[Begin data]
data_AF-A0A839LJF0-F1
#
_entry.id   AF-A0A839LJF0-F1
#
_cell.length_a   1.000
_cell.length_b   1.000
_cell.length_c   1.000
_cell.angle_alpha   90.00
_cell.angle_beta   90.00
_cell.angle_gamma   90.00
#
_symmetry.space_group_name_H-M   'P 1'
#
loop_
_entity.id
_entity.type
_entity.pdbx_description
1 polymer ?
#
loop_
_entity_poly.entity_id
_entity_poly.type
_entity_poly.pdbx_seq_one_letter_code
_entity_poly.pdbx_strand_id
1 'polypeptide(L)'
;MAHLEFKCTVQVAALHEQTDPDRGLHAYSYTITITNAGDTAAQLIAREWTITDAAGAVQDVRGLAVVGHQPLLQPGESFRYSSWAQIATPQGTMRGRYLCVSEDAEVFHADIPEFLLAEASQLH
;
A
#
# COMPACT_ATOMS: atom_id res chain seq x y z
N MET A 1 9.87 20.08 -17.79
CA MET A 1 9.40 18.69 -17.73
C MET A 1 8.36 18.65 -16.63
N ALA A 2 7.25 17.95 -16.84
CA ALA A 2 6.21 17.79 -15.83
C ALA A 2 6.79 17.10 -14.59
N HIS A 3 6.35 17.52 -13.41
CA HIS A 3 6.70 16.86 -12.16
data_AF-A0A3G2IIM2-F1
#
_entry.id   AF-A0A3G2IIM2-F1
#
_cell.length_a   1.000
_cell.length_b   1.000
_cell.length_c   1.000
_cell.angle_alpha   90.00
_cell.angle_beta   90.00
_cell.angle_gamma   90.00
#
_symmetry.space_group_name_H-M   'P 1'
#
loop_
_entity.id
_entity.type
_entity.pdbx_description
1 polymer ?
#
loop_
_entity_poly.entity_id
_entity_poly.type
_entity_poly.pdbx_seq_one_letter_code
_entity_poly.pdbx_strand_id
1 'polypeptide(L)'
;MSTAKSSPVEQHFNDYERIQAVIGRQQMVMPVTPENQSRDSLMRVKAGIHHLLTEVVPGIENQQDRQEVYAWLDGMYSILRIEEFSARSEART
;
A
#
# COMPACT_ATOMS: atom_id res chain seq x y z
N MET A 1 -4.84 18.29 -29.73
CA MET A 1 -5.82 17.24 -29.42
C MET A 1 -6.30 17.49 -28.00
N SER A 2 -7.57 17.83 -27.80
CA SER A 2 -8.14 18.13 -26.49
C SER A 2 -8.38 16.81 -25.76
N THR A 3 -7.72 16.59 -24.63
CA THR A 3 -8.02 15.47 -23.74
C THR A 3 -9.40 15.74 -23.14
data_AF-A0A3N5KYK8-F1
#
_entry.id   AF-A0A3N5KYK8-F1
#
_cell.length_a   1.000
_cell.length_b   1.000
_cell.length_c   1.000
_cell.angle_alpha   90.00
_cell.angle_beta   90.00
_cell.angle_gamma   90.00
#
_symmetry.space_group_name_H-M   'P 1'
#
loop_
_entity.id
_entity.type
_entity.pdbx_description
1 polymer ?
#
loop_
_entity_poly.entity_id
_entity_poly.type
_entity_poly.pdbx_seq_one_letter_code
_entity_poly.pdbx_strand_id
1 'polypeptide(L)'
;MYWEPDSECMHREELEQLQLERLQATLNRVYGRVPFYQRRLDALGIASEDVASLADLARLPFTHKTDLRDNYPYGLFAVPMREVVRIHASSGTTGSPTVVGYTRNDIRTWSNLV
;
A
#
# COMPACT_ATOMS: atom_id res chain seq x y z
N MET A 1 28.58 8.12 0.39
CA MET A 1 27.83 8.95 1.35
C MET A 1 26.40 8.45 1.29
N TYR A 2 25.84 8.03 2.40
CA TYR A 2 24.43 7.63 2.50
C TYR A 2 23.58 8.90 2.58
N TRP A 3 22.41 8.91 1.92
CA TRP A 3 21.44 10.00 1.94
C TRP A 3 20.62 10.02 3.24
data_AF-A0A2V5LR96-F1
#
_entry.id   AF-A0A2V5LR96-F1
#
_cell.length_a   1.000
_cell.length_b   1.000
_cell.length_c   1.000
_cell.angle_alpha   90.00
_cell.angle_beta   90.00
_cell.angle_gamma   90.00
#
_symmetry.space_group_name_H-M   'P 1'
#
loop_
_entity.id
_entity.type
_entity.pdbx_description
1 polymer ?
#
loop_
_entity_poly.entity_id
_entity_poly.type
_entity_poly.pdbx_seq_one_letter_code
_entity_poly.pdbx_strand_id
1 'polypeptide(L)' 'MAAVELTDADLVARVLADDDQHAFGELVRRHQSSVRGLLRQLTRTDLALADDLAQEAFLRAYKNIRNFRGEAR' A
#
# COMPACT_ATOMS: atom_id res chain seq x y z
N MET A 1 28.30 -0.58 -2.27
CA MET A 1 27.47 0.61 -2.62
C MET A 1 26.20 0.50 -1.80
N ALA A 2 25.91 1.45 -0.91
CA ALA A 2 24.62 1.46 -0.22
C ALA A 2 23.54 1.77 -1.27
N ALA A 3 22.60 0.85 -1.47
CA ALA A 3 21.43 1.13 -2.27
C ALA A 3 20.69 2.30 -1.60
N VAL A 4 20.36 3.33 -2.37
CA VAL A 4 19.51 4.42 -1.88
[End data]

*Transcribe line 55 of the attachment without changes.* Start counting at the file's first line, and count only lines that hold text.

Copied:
_entity.pdbx_description